Because cryptocurrencies are so new, they simply don’t have the regulations they should. This means a really messed up thing called ICO (Initial Coin Offerings) now exists. Initial Coin Offerings are a highly unregulated product that builds its own block chain, usually by lazily forking the open-source code base from a popular blockchain like the one powering bitcoin or etherium. (Though bitcoin was the first, there are now more than 1,200 cryptocurrencies, by the way.) Then salesmen akin to the wolf of wall street push the cryptocurrency equivalent of junk pink-sheet stocks. That’s the ICO world. It’s mostly a scam, and while there may be a return in there somewhere, if you’re buying based on a Facebook ad someone is going to be losing money and it’s probably you.

There’s Experts

Cryptocurrencies are the incentive that gets a whole bunch of people to maintain the distributed public ledger of information we call the blockchain. The fact that I can understand and write that sentence and so many faux experts can’t is super concerning. The people telling you about this stuff in the media just can’t know that much about it. It’s taken very smart people years to get their head around this stuff. There isn’t really any formal training so you have to be able to figure things out by doing a lot of reading on technology, politics and finance. With all due respect intended, chances are the NPR show you heard has someone way out of their depth explaining something they don’t fully understand.

Back in 2000, hardly anyone in the general public really knew what “software” and “the internet” really were. That’s where we are now with the terms “cryptocurrency” and “blockchain.” Most people use them in a fairly interchangeable way, but they’re also totally different things which most people buying in can’t discern. We’re an uneducated and uninformed public that aren’t really sure what this thing is or is going to be. Anyone who tells you they know what is going on and what is going to happen isn’t someone I would trust. A lot of the people who happen to have gotten into bitcoin early now have over-inflated egos from the high returns. Cryptocurrency news and podcasts are full of these people relishing their newfound fame. They say things like “encountering resistance” and “it’s going to make a break” and see whatever they want in the next day’s price similar to someone interpreting their horoscope. They remember all their hits, and forget all their misses, because when the market is rising your ego rises with it.

There’s Amateurs

I got a message from an retired friend the other day asking for information on cryptocurrencies. This is also happens to be someone who spends their time fantasizing about societal collapse and wants to live in the woods. I say this to establish he may be the last person on earth to hear about this stuff and seems to want in. A key part of a bubble is dealing with totally uninformed buyers. Who wants to miss out on easy money? No-one. For a bubble to happen you almost always have regular people getting hyped and buying into the market.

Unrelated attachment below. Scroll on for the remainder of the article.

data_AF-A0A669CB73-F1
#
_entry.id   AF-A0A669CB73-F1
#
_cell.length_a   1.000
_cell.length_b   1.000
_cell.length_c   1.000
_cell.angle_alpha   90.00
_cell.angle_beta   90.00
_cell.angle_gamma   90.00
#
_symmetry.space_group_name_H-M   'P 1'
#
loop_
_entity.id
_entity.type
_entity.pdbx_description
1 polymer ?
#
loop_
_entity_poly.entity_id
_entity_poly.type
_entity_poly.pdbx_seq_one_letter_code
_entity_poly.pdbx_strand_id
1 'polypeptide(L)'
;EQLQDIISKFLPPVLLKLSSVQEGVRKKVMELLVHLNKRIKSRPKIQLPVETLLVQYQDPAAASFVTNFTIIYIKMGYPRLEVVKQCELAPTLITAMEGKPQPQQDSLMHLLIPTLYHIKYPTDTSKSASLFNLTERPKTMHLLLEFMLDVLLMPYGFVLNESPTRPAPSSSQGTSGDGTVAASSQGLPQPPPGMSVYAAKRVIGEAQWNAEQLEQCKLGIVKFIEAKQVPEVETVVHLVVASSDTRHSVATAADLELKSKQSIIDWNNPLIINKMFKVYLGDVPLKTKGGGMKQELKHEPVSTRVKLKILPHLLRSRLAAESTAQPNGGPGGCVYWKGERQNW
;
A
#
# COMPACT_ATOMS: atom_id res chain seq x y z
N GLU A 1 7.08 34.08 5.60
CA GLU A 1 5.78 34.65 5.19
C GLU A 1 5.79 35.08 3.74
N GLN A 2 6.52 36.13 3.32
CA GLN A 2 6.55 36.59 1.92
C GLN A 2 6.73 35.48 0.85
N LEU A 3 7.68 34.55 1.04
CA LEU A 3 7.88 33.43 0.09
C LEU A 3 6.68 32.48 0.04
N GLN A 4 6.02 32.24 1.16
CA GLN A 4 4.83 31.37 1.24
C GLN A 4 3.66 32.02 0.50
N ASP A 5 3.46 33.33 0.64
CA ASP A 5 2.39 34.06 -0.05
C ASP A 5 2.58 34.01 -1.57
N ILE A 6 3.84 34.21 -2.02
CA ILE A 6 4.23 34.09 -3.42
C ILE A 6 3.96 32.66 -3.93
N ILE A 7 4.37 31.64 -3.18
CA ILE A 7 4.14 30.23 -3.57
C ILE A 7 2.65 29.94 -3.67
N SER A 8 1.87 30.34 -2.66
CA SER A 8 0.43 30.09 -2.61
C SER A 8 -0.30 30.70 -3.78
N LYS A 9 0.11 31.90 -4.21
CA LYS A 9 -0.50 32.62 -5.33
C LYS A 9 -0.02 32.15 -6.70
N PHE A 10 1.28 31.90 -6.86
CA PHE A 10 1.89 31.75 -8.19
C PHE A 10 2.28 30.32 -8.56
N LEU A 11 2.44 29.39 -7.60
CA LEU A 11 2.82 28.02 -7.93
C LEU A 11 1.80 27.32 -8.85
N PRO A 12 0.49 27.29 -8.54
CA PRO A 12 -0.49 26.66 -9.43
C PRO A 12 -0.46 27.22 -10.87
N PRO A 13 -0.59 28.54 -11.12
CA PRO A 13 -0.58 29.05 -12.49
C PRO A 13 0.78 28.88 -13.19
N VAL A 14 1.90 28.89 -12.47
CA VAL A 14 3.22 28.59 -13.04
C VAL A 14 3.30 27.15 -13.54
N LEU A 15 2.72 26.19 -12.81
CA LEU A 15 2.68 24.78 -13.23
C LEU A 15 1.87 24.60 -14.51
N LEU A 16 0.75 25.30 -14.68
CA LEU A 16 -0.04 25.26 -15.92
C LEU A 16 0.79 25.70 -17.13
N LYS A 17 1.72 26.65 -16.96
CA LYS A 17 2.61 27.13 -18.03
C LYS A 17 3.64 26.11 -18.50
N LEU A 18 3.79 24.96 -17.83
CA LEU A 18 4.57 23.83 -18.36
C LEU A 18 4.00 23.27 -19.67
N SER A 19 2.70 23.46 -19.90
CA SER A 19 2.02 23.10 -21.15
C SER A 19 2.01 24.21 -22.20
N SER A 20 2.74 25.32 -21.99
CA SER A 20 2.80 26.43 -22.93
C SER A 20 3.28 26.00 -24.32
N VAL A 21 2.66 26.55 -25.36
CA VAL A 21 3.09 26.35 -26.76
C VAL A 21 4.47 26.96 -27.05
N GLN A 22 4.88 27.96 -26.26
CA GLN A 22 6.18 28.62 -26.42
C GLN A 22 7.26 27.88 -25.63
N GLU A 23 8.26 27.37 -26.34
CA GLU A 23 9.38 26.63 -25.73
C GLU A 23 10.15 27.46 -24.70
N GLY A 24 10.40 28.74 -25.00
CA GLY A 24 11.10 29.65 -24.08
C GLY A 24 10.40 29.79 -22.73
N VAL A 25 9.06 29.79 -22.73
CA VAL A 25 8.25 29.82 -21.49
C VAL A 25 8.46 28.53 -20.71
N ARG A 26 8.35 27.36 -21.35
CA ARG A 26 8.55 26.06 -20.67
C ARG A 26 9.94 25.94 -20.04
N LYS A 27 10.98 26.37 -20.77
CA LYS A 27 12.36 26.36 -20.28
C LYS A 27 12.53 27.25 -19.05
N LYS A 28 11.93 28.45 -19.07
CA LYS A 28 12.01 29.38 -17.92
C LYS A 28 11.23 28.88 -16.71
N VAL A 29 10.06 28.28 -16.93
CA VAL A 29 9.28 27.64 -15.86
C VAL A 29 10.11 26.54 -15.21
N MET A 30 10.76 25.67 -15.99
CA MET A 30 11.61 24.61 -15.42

A lot of people are trying to mine (the process of adding transactions to the ledger, which may be easier to think about as cryptocurrency printing) but graphics cards are so expensive right now that it makes almost no sense to do that. Some people say they’re OK paying too much for mining equipment because they think the price will go up. Anyone with some basic finance knowledge can figure out “Person A” who buys the currency up front will have a lot more money than “Person B” who buys a mining rig after two years if the price were to go up. If the price goes down or stays flat though, we know they will never make their money back although with $3000 of graphics cards their gaming experience will be out of this world.

In Summary

Will cryptocurrencies change the world? Yes, kind of. When people in the ‘90s said most of a generation would be watching movies on the internet, they sounded ridiculous. People would have said the data was too large, that networks weren’t fast enough, that computers had crappy screens, that film studios wouldn’t agree. I can see through the mist that many of the current issues with blockchain can be addressed with iterative improvements and startup businesses chopping their way through the regulations and hurdles. But right now the technology sucks in all but a few highly specifically applied ways. Many of the companies, the blockchains, and the coins that exist right now all seem like they could be a complete write-off in the long term.

It’s certainly a good idea to understand what this is beyond listening to the “experts,” just like it was a good idea to get an internet connection in 1999. But decide how much your education is worth, because it’s probably not going to be the sums that a lot of people are putting in right now. An education doesn’t require you spending $5,000 on an asset that could blow up and leave you afraid and hating it. The best thing to do right now if you want to make money on this is exactly the same as it was back in 2000: Read and write the code these platforms use, which costs nothing. Or, at least make friends with some nerd who does and try to convince them to go into business in around 5 years.